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Christmas Traditions

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DECEMBER 2004

SIX YEARS AND SEVEN MONTHS AFTER THE BATTLE

 

“Could we just... not mention it?” Harry asked, for what felt like the hundredth time that morning. Ron could see him working himself up into a panic over it, which meant he had about two minutes to step in and head off the panic attack before Harry got to the point of no return. “I mean, it's Christmas – ”

“Which makes it practically a Weasley family tradition,” Ron said, calmly, pulling his husband close and pressing a loving kiss to his temple. It practically was; so far there had been four such announcements at Christmas dinner over the past six years. “Do you trust me?” he asked, looking down at Harry's worried expression.

His eyes met the bright green of Harry's and he smiled reassuringly. “Do you trust me?” he asked again, softer this time. Harry nodded, his wide eyes still fixed on Ron's. So far, so good. “Okay, just breathe with me?” He gently moved Harry's hand to rest on his chest so that he could feel the even, steady breaths; he breathed deeply and slowly the way Harry's mind-healer had shown him so that Harry could easily copy him.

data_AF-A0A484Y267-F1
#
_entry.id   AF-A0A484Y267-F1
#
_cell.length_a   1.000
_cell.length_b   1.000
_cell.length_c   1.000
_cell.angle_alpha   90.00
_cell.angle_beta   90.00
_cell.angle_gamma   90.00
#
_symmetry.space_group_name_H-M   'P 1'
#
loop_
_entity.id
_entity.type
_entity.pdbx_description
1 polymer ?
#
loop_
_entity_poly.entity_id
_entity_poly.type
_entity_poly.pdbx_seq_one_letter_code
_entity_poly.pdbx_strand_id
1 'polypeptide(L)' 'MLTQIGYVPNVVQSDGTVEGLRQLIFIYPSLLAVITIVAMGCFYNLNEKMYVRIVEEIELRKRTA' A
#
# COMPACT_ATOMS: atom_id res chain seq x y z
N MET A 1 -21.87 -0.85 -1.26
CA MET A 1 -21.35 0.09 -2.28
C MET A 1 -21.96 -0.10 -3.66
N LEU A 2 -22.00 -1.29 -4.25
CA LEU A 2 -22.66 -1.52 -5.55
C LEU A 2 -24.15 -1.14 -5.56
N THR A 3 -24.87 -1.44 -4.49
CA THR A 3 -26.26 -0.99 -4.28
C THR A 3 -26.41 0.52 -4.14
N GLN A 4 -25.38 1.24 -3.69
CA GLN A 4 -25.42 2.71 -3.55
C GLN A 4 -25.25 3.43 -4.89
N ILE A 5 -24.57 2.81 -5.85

As Harry's breathing slowed to match Ron's, the tension melted from his back and shoulders and he leaned closer to rest his head on Ron's chest. Ron ran soothing fingers through the dark curls and smiled when he saw Harry's eyes drift closed.

“That's it,” Ron murmured as he brushed his lips to the top of Harry's head. “You're doing so well. I'm proud of you.” And he was. He was so proud his heart ached and twisted and burst with the strength of the emotion.

About a year after the war, Harry's mental health had taken a turn for the worse. His mind-healer believed he'd been so busy fighting Voldemort from the moment he joined Hogwarts that he'd never processed the trauma of his childhood with the Dursleys. Add to that the trauma of being the focus point of an entire war and losing so many people you loved... It was unfathomable to Ron how his husband had coped as well as he had all those years.

Ron had taken a leave of absence from the Aurors, and it was only by virtue of knowing the Minister of Magic personally that he hadn't lost his job entirely. He'd spent nearly a whole year as Harry's primary carer, and he didn't regret one minute of it. There had been whole weeks where they barely managed five hours of sleep between them. Months where Harry was practically non-verbal for days at a time. Hours upon innumerable hours spent at St. Mungo's and The Ariana Institute seeing mind-healers and trauma specialists and therapists and counsellors. For that whole year, his recovery had been uncertain. But Harry was the strongest person Ron had ever met. He surpassed all expectations. He improved, and he kept improving. He was weaned off his potions, one at a time. Ron went back to work, and he came home to dinner on the table and a smile, not a sobbing husband and rooms destroyed by accidental magic.